“Bad hats. A bad hat could make a man right disagreeable, and that was the truth.” So goes Wayne’s theory, but the theory goes only so far; the antagonist in The Alloy of Law is a man who has always detested hats. On the other hand (head?), Wayne is continually trading hats, looking for the proper fit after his lucky hat is stolen. Of the two men on the cover, Wayne is the one touching the brim of his hat and shouldering a gun. In keeping with the characters’ proclivities the shotgun really belongs in the hands of the other man, Waxilium; however, its inclusion is an indication that this is a different sort of Mistborn book.
Calling it a Mistborn book is a bit of a misnomer, actually, as the only Mistborn mentioned are those of legend: the Survivor, the Ascendant Warrior, the Last Emperor, and the Lord Mistborn, who founded the new society some three centuries prior to the events of this book. Allomancy and Feruchemy are still prevalent, but the practitioners are granted a single ability, or, in the case of Twinborn individuals like Wax and Wayne, one of each. This opens new combinations of the abilities introduced in the first trilogy, and the emerging industrial setting provides a new arena for their use. Waxilium is able to Steelpush (Allomancy) and manipulate his weight (Feruchemy), which gives him great leaping abilities, although it’s Wayne (manipulate time and healing) who provides the book with levity (he could be a descendant of the noble Smedry line, for those who have read the Alcatraz series).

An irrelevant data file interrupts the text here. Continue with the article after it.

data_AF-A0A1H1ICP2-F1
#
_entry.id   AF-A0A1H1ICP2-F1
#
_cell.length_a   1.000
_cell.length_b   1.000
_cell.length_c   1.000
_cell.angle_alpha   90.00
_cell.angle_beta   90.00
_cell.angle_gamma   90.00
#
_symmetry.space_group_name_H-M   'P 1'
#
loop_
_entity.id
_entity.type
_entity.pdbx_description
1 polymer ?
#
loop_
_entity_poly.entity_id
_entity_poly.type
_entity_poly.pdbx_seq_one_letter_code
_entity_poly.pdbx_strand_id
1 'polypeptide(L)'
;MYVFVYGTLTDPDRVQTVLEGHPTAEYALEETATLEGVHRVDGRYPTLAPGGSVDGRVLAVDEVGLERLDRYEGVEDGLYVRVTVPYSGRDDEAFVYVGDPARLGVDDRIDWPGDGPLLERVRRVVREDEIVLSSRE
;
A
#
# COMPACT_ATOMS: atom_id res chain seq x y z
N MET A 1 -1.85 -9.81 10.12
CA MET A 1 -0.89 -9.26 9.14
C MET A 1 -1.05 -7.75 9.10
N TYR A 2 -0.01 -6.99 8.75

The Alloy of Law is not the beginning of the next Mistborn trilogy, which Sanderson has stated will be urban fantasy, but an intercessory story that bridges the two trilogies. As such it is a stand alone book, although the reader would be at a disadvantage without having read the first trilogy. It’s an entertaining inversion of the great caper that inspired the first Mistborn book, as theft once again becomes a engine of social change (the quarry is more than just lucky hats).